Tag Archives: Morocco

Morocco Overland Episode 8 – The long journey home

It was time for us to part company with Alan and Harriet as they had no commitments so could hang around Morocco for a little while longer. Jed and Louise had to get Isaac back to school for February, if he wasn’t back by the 1st they would give away his place so pressure was creeping in to head north. The long journey home was still eventful and involved rescuing a young French couple that had been stuck down a long piste (dirt track) for three days with no means of getting out. This once again flagged up another situation where people heading off the main roads with no tow strap or shackles got into trouble. As always at CVC we recommend carrying a basic or fully comprehensive tow kit like the ones on our web shop. Since leaving the Souss Massa national park back in part 7 we had hit a pretty disappointing run of beaches but things soon changed for the better. With Morocco in the rear view mirror and that box firmly ticked a trip to Gibraltar was on the cards, what a hoot.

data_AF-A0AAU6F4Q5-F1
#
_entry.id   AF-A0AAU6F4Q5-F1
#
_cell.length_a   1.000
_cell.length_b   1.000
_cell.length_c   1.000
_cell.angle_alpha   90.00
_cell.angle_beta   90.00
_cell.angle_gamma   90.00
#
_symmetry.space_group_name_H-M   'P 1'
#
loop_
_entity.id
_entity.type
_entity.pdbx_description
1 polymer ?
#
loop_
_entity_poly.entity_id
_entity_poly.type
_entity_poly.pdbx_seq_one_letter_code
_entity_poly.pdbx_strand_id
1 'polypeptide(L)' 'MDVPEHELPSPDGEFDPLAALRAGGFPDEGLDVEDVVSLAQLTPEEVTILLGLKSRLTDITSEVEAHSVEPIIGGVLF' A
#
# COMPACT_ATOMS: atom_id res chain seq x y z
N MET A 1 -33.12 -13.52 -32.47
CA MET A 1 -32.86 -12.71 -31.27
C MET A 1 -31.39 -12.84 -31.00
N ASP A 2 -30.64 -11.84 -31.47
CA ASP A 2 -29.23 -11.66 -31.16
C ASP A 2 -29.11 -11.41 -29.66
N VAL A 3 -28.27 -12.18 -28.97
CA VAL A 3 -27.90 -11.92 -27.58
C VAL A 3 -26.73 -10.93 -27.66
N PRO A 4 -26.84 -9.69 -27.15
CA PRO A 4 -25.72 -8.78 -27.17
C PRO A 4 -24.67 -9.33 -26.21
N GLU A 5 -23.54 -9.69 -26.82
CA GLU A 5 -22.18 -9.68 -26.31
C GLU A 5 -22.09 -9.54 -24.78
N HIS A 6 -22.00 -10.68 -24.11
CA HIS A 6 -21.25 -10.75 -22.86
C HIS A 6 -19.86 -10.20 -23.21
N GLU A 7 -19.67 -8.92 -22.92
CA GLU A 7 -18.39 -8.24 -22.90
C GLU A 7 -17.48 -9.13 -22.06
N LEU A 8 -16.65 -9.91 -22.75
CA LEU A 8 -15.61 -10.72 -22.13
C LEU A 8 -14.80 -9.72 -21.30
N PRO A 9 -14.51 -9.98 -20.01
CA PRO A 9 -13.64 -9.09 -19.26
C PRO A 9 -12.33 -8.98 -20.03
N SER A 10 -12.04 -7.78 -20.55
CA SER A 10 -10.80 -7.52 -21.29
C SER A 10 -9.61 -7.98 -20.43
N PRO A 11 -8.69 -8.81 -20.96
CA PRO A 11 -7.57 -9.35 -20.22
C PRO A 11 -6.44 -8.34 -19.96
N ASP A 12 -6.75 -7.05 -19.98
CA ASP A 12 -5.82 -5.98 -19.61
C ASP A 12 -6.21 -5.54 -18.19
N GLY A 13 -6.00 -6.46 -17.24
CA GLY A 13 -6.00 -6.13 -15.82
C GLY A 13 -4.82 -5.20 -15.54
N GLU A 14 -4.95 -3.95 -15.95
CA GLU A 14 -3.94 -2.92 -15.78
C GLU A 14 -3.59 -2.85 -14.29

An amazing drive north across Spain with amazing sunshine followed before we hit France and our old enemy, the flood…..

This is the final instalment of the CampervanCulture.com Morrocco overland series and we have had a total blast making it. We would like to thank everyone involved that made this series what it was. Remember you can watch all parts from 1-8 anytime you like on the CampervanCulture.com trips section.

Morocco Overland Episode 8 – The long journey home from CampervanCulture.com on Vimeo.

Morocco Overland Episode 4 – Into the wilderness

This time in part 4 we venture further into the wilderness where the roads became more demanding and the terrain starts to take it’s toll on the vehicles. Apart from us changing a prop shaft back in Fez this was the first time we had to sort out actual mechanical issues that stopped us in our tracks.